['__abs__', '__add__', '__and__', '__class__', '__cmp__', '__coerce__', '__delattr__', '__div__', '__divmod__', '__doc__', '__float__', '__floordiv__', '__format__', '__getattribute__', '__getnewargs__', '__hash__', '__hex__', '__index__', '__init__', '__int__', '__invert__', '__long__', '__lshift__', '__mod__', '__mul__', '__neg__', '__new__', '__nonzero__', '__oct__', '__or__', '__pos__', '__pow__', '__radd__', '__rand__', '__rdiv__', '__rdivmod__', '__reduce__', '__reduce_ex__', '__repr__', '__rfloordiv__', '__rlshift__', '__rmod__', '__rmul__', '__ror__', '__rpow__', '__rrshift__', '__rshift__', '__rsub__', '__rtruediv__', '__rxor__', '__setattr__', '__sizeof__', '__str__', '__sub__', '__subclasshook__', '__truediv__', '__trunc__', '__xor__', 'bit_length', 'conjugate', 'denominator', 'imag', 'numerator', 'real']
14

In Python 3 you can use a variation on:

def Deb(msg = None):
  print(f"Debug {sys._getframe().f_back.f_lineno}: {msg if msg is not None else ''}")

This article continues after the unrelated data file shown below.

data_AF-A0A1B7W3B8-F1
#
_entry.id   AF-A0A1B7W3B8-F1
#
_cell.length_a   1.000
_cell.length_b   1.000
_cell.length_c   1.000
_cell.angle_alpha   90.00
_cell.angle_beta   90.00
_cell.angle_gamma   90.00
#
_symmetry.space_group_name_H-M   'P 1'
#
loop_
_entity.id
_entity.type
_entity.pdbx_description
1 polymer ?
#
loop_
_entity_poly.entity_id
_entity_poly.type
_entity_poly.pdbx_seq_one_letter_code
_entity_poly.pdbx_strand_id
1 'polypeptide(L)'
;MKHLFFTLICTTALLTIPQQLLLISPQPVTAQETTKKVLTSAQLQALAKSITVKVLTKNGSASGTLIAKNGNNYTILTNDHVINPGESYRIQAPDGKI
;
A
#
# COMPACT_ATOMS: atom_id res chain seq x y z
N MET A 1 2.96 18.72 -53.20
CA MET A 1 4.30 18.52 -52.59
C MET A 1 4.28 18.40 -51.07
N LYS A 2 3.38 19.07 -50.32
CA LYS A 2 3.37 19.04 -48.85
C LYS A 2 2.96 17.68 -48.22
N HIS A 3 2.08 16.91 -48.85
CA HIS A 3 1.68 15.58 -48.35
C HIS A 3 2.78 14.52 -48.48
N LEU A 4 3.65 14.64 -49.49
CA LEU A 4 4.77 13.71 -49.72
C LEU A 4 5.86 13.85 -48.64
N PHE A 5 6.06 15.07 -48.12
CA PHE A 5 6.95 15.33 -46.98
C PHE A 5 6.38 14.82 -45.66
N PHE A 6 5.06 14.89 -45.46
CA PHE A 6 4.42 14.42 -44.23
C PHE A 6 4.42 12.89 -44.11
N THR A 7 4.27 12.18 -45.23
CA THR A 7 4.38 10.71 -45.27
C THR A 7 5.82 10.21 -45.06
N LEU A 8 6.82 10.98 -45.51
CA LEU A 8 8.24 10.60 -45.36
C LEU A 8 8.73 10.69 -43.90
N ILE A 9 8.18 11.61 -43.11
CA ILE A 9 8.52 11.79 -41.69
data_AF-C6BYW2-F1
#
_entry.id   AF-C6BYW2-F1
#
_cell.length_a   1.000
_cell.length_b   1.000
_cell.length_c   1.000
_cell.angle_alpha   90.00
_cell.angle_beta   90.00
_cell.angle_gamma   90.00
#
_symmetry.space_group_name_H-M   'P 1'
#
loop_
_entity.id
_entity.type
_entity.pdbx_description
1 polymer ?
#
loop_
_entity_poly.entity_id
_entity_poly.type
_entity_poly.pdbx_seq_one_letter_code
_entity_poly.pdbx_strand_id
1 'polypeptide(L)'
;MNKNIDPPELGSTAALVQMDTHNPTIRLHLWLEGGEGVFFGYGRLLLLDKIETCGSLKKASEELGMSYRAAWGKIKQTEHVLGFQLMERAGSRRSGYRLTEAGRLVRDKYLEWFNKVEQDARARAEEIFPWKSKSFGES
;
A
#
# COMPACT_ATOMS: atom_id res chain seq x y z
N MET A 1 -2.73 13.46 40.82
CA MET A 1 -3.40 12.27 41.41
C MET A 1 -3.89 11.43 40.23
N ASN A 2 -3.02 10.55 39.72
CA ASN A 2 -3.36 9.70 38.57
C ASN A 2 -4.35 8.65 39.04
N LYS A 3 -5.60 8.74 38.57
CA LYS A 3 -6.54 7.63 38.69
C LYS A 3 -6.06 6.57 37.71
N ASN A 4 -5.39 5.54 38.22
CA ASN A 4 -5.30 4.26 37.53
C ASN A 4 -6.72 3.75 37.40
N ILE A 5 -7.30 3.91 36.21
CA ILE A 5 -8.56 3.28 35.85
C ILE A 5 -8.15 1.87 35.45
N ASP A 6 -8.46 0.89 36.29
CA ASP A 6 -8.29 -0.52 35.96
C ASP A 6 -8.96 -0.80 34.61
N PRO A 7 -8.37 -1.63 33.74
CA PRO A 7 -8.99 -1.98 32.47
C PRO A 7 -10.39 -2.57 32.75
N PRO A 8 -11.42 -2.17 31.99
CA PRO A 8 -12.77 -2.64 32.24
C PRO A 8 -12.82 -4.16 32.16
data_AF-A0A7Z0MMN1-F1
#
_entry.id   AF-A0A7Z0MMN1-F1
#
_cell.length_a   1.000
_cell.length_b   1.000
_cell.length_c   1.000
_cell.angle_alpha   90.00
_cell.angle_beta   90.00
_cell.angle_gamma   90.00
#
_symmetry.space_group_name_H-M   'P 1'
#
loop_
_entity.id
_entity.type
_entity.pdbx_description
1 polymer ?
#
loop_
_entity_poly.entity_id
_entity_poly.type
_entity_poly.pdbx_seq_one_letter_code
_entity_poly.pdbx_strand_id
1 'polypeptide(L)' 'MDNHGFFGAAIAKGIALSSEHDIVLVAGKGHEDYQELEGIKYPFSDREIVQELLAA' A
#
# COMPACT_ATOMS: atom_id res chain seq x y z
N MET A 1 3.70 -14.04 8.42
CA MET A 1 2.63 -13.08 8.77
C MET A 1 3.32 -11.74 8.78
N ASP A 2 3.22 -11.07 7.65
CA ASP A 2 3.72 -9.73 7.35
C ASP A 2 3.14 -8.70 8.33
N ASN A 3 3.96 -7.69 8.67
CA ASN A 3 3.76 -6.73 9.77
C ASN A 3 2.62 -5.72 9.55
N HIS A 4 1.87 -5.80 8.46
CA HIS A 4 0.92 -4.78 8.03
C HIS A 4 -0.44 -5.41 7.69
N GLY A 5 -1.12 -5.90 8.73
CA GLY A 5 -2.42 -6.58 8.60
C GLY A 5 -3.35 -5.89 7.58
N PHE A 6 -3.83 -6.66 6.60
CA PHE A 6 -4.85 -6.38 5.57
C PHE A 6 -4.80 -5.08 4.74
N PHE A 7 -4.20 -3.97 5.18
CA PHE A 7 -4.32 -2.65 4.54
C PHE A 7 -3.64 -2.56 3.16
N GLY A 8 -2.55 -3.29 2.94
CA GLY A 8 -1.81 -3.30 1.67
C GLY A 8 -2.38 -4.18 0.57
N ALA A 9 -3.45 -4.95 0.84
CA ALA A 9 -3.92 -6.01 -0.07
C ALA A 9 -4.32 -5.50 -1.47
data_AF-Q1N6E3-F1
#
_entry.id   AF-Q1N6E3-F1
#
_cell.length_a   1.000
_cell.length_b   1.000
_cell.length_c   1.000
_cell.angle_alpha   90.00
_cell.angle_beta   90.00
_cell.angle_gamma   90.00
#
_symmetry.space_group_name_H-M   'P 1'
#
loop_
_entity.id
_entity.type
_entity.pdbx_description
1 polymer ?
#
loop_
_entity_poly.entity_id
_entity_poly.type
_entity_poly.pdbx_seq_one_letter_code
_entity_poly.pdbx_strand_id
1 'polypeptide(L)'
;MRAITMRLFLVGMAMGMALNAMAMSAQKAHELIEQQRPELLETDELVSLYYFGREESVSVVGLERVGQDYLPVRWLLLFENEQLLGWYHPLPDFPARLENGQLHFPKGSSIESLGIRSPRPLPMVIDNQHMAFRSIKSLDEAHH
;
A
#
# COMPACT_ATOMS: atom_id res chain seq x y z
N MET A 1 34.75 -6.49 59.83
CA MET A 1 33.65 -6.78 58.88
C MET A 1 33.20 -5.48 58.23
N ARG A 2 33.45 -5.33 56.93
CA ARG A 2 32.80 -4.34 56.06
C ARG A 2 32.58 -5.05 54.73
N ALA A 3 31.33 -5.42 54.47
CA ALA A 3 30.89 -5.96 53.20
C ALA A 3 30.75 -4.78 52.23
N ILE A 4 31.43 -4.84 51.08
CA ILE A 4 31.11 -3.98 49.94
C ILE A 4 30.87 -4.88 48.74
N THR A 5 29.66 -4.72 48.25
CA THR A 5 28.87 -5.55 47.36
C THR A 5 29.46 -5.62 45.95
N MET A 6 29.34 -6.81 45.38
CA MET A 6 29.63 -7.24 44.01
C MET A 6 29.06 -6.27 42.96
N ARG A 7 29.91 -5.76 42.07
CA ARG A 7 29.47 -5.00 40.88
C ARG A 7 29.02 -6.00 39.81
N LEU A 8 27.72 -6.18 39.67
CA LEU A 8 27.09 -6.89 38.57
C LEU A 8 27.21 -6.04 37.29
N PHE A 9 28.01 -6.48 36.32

In code, you can then use:

Deb("Some useful information")
Deb()

To produce:

123: Some useful information
124:

Where the 123 and 124 are the lines that the calls are made from.

Just to contribute,

there is a linecache module in python, here is two links that can help.

linecache module documentation
linecache source code

In a sense, you can “dump” a whole file into its cache , and read it with linecache.cache data from class.

import linecache as allLines
## have in mind that fileName in linecache behaves as any other open statement, you will need a path to a file if file is not in the same directory as script